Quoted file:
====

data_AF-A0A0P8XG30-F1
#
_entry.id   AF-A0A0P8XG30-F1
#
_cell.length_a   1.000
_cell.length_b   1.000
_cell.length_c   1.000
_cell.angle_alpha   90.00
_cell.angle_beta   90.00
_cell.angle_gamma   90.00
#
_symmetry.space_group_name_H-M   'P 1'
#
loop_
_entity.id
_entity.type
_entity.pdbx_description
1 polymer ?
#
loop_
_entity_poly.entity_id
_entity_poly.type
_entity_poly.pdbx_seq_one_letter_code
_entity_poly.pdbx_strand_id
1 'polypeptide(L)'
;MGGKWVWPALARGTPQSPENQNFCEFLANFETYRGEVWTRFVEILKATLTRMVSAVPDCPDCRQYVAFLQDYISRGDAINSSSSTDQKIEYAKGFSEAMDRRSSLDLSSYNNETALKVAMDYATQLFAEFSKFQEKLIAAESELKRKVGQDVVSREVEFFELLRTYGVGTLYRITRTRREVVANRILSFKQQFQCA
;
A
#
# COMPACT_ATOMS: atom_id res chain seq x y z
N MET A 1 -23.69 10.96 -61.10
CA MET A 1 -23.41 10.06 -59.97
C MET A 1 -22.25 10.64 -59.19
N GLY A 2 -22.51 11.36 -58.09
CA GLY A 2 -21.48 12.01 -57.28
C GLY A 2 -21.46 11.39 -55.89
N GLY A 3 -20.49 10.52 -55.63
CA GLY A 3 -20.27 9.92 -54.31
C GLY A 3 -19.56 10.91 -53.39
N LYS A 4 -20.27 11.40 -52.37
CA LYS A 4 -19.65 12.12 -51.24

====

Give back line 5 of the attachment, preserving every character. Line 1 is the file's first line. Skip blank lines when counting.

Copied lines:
_cell.length_a   1.000